The secret to retaining self-control at a buffet? Eat the FRUIT first: People who start with healthier foods are less tempted by junk later on
- Dieters who started with junk food consumed 31% more food during meal
- Around 85 per cent of people offered fruit at the start of a buffet took it
- But if offered last, only 58 per cent took it – and ate more calorific options
A buffet table groaning under the weight of enticing treats can break even the most determined dieter.
But new research claims to have cracked how to resist temptation – and it’s all about food order.
U.S. researchers say that putting healthy foods such as fruit and yoghurt at the front of a buffet can encourage people to choose them instead of fatty and fried meals.
This not only means they eat fewer calories – they are also less tempted by fatty foods later on.
If, on the other hand, dieters start with junk food, they eat 31 per cent more food over the course of the meal.
The researchers, Dr Brian Wansink and Dr Andrew Hanks at Cornell University, say that the first items we encounter end up making up two-thirds of the plate.
They got people attending a conference to line up in front of a seven-item breakfast buffet.
There were two separate tables just over 50 feet apart, arranged in an opposite order, unbeknown to the diners.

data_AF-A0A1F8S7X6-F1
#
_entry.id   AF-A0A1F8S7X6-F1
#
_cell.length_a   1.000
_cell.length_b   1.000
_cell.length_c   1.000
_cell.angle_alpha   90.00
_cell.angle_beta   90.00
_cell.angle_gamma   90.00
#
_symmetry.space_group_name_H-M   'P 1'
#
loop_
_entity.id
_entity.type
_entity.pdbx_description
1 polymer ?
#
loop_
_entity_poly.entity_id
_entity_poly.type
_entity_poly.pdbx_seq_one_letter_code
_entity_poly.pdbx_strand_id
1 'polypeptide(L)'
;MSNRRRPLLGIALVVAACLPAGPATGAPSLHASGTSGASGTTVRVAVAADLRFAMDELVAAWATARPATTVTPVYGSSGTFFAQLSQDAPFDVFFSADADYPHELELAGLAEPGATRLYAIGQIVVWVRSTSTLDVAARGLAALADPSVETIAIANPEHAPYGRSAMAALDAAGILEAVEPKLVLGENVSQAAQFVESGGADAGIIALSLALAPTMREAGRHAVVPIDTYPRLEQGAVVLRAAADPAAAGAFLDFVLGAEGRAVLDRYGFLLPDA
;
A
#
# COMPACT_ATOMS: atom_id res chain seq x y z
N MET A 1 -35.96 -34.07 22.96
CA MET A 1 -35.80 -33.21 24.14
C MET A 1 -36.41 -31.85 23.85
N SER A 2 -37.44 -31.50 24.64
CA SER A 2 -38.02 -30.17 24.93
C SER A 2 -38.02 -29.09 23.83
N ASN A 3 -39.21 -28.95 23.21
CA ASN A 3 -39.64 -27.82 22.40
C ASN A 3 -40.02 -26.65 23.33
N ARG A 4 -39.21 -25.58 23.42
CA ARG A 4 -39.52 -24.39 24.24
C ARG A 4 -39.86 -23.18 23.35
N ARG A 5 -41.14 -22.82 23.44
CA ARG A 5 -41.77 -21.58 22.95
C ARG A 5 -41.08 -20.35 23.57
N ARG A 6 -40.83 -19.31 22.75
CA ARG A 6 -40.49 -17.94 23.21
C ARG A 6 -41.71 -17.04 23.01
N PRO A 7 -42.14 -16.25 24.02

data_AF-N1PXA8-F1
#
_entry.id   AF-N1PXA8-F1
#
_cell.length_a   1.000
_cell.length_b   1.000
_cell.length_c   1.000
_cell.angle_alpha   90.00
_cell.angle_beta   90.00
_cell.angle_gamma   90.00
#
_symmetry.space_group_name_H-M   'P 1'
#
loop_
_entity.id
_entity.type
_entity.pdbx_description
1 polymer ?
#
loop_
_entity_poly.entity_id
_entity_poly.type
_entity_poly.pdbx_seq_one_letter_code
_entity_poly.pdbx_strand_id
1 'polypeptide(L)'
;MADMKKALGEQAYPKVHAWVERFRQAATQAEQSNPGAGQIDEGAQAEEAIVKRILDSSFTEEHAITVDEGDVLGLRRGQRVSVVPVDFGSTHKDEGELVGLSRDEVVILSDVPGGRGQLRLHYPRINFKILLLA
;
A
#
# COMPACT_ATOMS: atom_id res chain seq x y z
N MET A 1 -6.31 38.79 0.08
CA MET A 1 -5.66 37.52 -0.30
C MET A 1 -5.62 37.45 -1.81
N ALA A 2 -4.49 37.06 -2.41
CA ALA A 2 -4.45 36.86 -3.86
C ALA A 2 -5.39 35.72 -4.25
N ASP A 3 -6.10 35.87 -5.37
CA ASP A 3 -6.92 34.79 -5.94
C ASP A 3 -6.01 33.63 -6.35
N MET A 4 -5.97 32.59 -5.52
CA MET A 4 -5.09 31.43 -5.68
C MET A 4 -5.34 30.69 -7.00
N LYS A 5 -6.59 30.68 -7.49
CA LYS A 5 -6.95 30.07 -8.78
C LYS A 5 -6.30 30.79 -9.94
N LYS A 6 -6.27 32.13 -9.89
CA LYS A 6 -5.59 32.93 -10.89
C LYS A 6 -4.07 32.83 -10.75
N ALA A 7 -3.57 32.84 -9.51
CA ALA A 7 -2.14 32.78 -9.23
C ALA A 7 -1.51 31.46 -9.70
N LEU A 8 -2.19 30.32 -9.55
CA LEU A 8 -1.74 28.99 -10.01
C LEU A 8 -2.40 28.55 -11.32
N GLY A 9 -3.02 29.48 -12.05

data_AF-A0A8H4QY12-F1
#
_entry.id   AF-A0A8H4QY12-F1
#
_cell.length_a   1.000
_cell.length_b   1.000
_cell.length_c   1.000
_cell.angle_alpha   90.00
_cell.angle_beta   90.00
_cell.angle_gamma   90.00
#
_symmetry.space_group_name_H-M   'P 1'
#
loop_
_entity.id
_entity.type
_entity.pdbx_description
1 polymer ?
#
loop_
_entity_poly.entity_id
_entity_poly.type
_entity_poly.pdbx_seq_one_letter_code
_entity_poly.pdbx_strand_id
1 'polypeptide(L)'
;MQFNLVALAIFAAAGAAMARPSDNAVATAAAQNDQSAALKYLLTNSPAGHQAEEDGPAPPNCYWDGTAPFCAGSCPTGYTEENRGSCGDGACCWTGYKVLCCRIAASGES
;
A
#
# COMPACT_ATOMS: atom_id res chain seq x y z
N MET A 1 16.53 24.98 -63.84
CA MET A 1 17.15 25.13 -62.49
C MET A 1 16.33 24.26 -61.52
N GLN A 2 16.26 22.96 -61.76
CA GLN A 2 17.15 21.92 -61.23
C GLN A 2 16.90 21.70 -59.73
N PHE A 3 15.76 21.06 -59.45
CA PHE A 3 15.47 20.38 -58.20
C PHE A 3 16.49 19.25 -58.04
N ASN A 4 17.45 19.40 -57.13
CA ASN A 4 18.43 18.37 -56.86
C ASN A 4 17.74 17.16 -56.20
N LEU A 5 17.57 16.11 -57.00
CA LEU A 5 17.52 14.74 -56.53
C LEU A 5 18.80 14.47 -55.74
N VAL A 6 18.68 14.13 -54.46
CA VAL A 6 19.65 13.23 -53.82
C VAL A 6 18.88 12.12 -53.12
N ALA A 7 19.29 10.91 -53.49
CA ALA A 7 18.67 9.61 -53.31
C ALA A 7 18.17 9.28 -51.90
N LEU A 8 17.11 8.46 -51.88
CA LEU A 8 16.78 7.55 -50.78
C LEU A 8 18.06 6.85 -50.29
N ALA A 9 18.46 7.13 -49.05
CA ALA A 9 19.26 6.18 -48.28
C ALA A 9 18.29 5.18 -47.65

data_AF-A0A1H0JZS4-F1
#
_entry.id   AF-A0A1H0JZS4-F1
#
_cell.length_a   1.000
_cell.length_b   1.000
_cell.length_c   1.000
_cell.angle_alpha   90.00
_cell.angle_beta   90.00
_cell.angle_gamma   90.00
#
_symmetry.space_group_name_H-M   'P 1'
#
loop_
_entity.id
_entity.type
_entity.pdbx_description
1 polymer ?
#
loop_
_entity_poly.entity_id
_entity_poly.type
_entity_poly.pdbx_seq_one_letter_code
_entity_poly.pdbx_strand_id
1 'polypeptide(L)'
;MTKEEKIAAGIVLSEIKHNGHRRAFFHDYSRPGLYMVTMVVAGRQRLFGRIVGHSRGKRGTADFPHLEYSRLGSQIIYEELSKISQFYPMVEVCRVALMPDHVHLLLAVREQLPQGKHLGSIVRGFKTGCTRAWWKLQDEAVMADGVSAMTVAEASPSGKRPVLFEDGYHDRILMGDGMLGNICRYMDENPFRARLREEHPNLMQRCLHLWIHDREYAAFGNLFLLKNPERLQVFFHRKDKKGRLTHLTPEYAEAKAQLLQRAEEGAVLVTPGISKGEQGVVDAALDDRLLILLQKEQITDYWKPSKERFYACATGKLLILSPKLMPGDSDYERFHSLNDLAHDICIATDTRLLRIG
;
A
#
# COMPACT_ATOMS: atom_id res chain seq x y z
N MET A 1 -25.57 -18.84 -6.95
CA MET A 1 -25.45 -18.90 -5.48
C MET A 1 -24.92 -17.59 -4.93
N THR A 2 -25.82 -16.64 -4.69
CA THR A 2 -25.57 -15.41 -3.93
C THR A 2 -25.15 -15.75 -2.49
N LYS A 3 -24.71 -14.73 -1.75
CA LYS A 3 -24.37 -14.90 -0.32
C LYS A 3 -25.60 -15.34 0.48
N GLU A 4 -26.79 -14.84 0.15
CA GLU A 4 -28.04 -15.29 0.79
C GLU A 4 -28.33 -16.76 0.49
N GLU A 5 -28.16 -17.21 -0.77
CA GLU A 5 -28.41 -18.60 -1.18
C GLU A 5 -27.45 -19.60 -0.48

On one line, cheesy eggs, fried potatoes, bacon, cinnamon rolls, low-fat granola, low-fat yogurt, and fruit were served in that exact order.
On the other line, the order was reversed such that fruit was served first, followed by low-fat yogurt, low-fat granola, and so on.
As they entered the dining area, the 124 attendees were randomly assigned to choose their breakfast from one of the two tables – and were told they could only make one trip to the buffet line.
The researchers found that the order in which food was presented really did affect whether a diner picked it up.
For example, 86.4 per cent of diners took fruit when it was offered first – but only 54.8 per cent took fruit when it was offered last.
In the same vein, 75.4per cent took cheesy eggs when presented first, while 28.8 per cent took them when they were offered last.
‘The first three food items a person encountered in the buffet comprised 66 per cent of their total plate, regardless of whether the items were high or low-calorie foods,’ said Wansink
Of a person’s plate, 65.7 per cent was filled with at least one of the first three foods in the line.
There was also an interesting link between the first food offered and what diners took after that – something known as the ‘trigger effect’.
People who took cheesy eggs first were more likely to load up with potatoes and bacon.
But people who took fruit first were no more likely to go on and select certain foods.
‘Placing less-healthful foods first all but encourages diners to select the next two calorically dense and highly delicious potatoes and bacon,’ said Dr Hanks said.
‘There’s an easy take-away here for us…always start at the healthier end of the buffet,’ said Wansink, ‘Two-thirds of your plate will be the good stuff!’
The study is published in the journal PLOS One.